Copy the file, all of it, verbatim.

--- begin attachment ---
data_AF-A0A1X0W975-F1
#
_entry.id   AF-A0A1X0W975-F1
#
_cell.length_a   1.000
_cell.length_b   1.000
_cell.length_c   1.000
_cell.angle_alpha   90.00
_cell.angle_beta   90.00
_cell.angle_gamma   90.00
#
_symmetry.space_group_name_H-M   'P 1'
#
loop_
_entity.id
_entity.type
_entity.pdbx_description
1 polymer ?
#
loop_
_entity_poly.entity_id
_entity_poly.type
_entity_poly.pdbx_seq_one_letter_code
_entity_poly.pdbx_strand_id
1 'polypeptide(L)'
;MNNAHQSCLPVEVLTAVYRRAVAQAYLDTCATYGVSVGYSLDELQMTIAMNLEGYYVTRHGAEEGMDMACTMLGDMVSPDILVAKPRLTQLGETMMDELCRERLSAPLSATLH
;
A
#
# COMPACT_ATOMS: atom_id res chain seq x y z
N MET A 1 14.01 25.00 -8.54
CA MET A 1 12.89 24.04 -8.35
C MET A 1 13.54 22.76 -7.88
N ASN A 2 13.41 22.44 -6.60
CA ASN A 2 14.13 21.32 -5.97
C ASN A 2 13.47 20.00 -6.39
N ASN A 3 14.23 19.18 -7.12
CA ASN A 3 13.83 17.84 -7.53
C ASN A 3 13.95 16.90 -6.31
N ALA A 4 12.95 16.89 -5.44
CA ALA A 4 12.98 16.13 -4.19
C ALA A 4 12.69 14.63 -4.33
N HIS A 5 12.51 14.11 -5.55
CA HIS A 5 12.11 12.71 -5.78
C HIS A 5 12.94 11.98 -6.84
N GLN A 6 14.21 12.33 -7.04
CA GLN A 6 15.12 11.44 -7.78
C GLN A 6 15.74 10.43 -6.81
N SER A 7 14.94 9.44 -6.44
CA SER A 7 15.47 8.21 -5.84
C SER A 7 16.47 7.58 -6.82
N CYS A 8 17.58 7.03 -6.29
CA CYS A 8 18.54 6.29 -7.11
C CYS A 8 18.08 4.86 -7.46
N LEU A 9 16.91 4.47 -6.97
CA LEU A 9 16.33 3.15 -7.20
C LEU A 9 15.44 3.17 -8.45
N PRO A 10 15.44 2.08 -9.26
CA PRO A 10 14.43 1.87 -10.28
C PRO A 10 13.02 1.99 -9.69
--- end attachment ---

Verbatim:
data_AF-A0A1X0W975-F1
#
_entry.id   AF-A0A1X0W975-F1
#
_cell.length_a   1.000
_cell.length_b   1.000
_cell.length_c   1.000
_cell.angle_alpha   90.00
_cell.angle_beta   90.00
_cell.angle_gamma   90.00
#
_symmetry.space_group_name_H-M   'P 1'
#
loop_
_entity.id
_entity.type
_entity.pdbx_description
1 polymer ?
#
loop_
_entity_poly.entity_id
_entity_poly.type
_entity_poly.pdbx_seq_one_letter_code
_entity_poly.pdbx_strand_id
1 'polypeptide(L)'
;MNNAHQSCLPVEVLTAVYRRAVAQAYLDTCATYGVSVGYSLDELQMTIAMNLEGYYVTRHGAEEGMDMACTMLGDMVSPDILVAKPRLTQLGETMMDELCRERLSAPLSATLH
;
A
#
# COMPACT_ATOMS: atom_id res chain seq x y z
N MET A 1 14.01 25.00 -8.54
CA MET A 1 12.89 24.04 -8.35
C MET A 1 13.54 22.76 -7.88
N ASN A 2 13.41 22.44 -6.60
CA ASN A 2 14.13 21.32 -5.97
C ASN A 2 13.47 20.00 -6.39
N ASN A 3 14.23 19.18 -7.12
CA ASN A 3 13.83 17.84 -7.53
C ASN A 3 13.95 16.90 -6.31
N ALA A 4 12.95 16.89 -5.44
CA ALA A 4 12.98 16.13 -4.19
C ALA A 4 12.69 14.63 -4.33
N HIS A 5 12.51 14.11 -5.55
CA HIS A 5 12.11 12.71 -5.78
C HIS A 5 12.94 11.98 -6.84
N GLN A 6 14.21 12.33 -7.04
CA GLN A 6 15.12 11.44 -7.78
C GLN A 6 15.74 10.43 -6.81
N SER A 7 14.94 9.44 -6.44
CA SER A 7 15.47 8.21 -5.84
C SER A 7 16.47 7.58 -6.82
N CYS A 8 17.58 7.03 -6.29
CA CYS A 8 18.54 6.29 -7.11
C CYS A 8 18.08 4.86 -7.46
N LEU A 9 16.91 4.47 -6.97
CA LEU A 9 16.33 3.15 -7.20
C LEU A 9 15.44 3.17 -8.45
N PRO A 10 15.44 2.08 -9.26
CA PRO A 10 14.43 1.87 -10.28
C PRO A 10 13.02 1.99 -9.69